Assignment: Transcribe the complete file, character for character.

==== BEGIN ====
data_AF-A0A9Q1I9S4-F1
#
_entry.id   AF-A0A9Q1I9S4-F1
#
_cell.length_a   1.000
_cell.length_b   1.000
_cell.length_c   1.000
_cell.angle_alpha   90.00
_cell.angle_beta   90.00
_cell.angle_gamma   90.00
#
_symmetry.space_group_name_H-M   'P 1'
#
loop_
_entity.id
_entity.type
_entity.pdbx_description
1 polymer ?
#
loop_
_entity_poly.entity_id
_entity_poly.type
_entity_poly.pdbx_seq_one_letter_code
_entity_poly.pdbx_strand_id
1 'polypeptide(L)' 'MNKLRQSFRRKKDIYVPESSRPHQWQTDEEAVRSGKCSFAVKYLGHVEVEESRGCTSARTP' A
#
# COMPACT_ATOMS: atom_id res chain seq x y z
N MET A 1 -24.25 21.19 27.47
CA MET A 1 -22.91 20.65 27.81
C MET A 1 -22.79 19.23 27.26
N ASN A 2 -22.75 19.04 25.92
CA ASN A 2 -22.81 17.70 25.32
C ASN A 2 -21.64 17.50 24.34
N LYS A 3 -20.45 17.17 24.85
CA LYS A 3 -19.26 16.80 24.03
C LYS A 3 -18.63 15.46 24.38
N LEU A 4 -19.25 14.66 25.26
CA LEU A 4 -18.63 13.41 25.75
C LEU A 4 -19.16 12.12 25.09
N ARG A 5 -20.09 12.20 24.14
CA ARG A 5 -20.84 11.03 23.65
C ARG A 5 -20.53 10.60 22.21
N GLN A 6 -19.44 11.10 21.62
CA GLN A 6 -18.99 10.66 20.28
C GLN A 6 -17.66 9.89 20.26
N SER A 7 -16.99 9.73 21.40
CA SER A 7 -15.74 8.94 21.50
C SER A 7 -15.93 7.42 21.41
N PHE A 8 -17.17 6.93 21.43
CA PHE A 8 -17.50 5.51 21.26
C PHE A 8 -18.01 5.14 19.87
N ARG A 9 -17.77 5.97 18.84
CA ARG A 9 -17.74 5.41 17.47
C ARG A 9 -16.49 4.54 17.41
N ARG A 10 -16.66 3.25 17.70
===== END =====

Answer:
data_AF-A0A9Q1I9S4-F1
#
_entry.id   AF-A0A9Q1I9S4-F1
#
_cell.length_a   1.000
_cell.length_b   1.000
_cell.length_c   1.000
_cell.angle_alpha   90.00
_cell.angle_beta   90.00
_cell.angle_gamma   90.00
#
_symmetry.space_group_name_H-M   'P 1'
#
loop_
_entity.id
_entity.type
_entity.pdbx_description
1 polymer ?
#
loop_
_entity_poly.entity_id
_entity_poly.type
_entity_poly.pdbx_seq_one_letter_code
_entity_poly.pdbx_strand_id
1 'polypeptide(L)' 'MNKLRQSFRRKKDIYVPESSRPHQWQTDEEAVRSGKCSFAVKYLGHVEVEESRGCTSARTP' A
#
# COMPACT_ATOMS: atom_id res chain seq x y z
N MET A 1 -24.25 21.19 27.47
CA MET A 1 -22.91 20.65 27.81
C MET A 1 -22.79 19.23 27.26
N ASN A 2 -22.75 19.04 25.92
CA ASN A 2 -22.81 17.70 25.32
C ASN A 2 -21.64 17.50 24.34
N LYS A 3 -20.45 17.17 24.85
CA LYS A 3 -19.26 16.80 24.03
C LYS A 3 -18.63 15.46 24.38
N LEU A 4 -19.25 14.66 25.26
CA LEU A 4 -18.63 13.41 25.75
C LEU A 4 -19.16 12.12 25.09
N ARG A 5 -20.09 12.20 24.14
CA ARG A 5 -20.84 11.03 23.65
C ARG A 5 -20.53 10.60 22.21
N GLN A 6 -19.44 11.10 21.62
CA GLN A 6 -18.99 10.66 20.28
C GLN A 6 -17.66 9.89 20.26
N SER A 7 -16.99 9.73 21.40
CA SER A 7 -15.74 8.94 21.50
C SER A 7 -15.93 7.42 21.41
N PHE A 8 -17.17 6.93 21.43
CA PHE A 8 -17.50 5.51 21.26
C PHE A 8 -18.01 5.14 19.87
N ARG A 9 -17.77 5.97 18.84
CA ARG A 9 -17.74 5.41 17.47
C ARG A 9 -16.49 4.54 17.41
N ARG A 10 -16.66 3.25 17.70